The Supplementary Material for this article can be found online at: https://www.frontiersin.org/articles/10.3389/fnbeh.2021.645110/full#supplementary-material
1. ^Note that Beijamini and colleagues replicated the beneficial effect of a nap for problem solving in the video game task once again (unpublished, in preparation).
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Keywords: sleep, slow wave sleep, targeted memory reactivation, problem solving, memory
Citation: Beijamini F, Valentin A, Jäger R, Born J and Diekelmann S (2021) Sleep Facilitates Problem Solving With No Additional Gain Through Targeted Memory Reactivation. Front. Behav. Neurosci. 15:645110. doi: 10.3389/fnbeh.2021.645110
Received: 22 December 2020; Accepted: 08 February 2021;
Published: 03 March 2021.
Edited by:Robert James McDonald, University of Lethbridge, Canada
Reviewed by:Ihori Kobayashi, Howard University, United States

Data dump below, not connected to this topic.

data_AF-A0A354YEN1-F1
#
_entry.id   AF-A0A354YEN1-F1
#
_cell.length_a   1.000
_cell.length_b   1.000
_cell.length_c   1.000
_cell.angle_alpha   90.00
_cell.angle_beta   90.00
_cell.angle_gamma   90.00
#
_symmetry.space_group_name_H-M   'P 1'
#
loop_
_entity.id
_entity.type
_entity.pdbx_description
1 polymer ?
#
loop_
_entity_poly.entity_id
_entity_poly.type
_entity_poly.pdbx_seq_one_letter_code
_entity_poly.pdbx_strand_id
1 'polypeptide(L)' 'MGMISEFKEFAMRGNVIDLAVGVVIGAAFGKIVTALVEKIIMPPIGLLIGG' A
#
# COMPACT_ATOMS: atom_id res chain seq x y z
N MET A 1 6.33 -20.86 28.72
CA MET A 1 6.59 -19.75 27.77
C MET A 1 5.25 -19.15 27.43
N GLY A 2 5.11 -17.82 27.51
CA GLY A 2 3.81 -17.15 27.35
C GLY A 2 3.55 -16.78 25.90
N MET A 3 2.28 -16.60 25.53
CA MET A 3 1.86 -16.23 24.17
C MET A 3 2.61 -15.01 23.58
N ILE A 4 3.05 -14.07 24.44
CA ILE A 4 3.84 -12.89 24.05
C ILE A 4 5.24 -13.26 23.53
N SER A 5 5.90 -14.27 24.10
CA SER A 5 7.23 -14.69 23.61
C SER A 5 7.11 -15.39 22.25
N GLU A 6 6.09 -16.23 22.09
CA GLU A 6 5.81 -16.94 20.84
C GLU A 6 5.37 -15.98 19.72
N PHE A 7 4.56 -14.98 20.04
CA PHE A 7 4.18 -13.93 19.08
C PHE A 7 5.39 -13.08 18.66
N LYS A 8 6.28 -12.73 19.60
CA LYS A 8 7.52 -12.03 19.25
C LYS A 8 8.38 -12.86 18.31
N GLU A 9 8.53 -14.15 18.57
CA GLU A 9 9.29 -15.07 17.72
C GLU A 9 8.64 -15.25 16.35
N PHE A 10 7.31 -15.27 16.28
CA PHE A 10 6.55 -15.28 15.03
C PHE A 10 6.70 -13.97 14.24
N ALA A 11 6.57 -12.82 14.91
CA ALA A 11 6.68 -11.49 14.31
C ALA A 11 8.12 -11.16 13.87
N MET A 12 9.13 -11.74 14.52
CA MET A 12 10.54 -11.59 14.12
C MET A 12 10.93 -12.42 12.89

Christian R. Burgess, University of Michigan, United States
Copyright © 2021 Beijamini, Valentin, Jäger, Born and Diekelmann. This is an open-access article distributed under the terms of the Creative Commons Attribution License (CC BY). The use, distribution or reproduction in other forums is permitted, provided the original author(s) and the copyright owner(s) are credited and that the original publication in this journal is cited, in accordance with accepted academic practice. No use, distribution or reproduction is permitted which does not comply with these terms.
*Correspondence: Susanne Diekelmann, email@example.com